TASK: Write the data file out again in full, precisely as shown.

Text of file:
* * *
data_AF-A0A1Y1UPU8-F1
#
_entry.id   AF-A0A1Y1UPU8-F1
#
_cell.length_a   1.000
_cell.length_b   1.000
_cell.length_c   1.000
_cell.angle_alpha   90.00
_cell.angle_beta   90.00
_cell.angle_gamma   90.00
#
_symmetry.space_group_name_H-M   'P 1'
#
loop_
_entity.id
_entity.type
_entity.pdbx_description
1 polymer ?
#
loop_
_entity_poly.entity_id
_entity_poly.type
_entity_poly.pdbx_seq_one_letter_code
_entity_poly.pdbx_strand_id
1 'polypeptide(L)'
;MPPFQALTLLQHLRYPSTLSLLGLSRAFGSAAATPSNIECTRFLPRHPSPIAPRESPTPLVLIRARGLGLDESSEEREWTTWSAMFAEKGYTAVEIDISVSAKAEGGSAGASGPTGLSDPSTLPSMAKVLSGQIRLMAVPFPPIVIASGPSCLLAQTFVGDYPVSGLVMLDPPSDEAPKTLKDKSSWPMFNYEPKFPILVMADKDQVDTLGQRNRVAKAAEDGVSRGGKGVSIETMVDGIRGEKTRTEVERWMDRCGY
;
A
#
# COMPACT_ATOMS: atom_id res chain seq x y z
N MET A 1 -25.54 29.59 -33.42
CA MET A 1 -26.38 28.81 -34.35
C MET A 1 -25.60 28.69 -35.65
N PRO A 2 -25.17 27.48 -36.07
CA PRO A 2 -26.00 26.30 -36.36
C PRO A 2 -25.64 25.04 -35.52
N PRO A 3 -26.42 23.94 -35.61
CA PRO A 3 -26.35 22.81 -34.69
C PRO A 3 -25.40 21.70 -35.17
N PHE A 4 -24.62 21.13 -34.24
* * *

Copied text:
data_AF-A0A1Y1UPU8-F1
#
_entry.id   AF-A0A1Y1UPU8-F1
#
_cell.length_a   1.000
_cell.length_b   1.000
_cell.length_c   1.000
_cell.angle_alpha   90.00
_cell.angle_beta   90.00
_cell.angle_gamma   90.00
#
_symmetry.space_group_name_H-M   'P 1'
#
loop_
_entity.id
_entity.type
_entity.pdbx_description
1 polymer ?
#
loop_
_entity_poly.entity_id
_entity_poly.type
_entity_poly.pdbx_seq_one_letter_code
_entity_poly.pdbx_strand_id
1 'polypeptide(L)'
;MPPFQALTLLQHLRYPSTLSLLGLSRAFGSAAATPSNIECTRFLPRHPSPIAPRESPTPLVLIRARGLGLDESSEEREWTTWSAMFAEKGYTAVEIDISVSAKAEGGSAGASGPTGLSDPSTLPSMAKVLSGQIRLMAVPFPPIVIASGPSCLLAQTFVGDYPVSGLVMLDPPSDEAPKTLKDKSSWPMFNYEPKFPILVMADKDQVDTLGQRNRVAKAAEDGVSRGGKGVSIETMVDGIRGEKTRTEVERWMDRCGY
;
A
#
# COMPACT_ATOMS: atom_id res chain seq x y z
N MET A 1 -25.54 29.59 -33.42
CA MET A 1 -26.38 28.81 -34.35
C MET A 1 -25.60 28.69 -35.65
N PRO A 2 -25.17 27.48 -36.07
CA PRO A 2 -26.00 26.30 -36.36
C PRO A 2 -25.64 25.04 -35.52
N PRO A 3 -26.42 23.94 -35.61
CA PRO A 3 -26.35 22.81 -34.69
C PRO A 3 -25.40 21.70 -35.17
N PHE A 4 -24.62 21.13 -34.24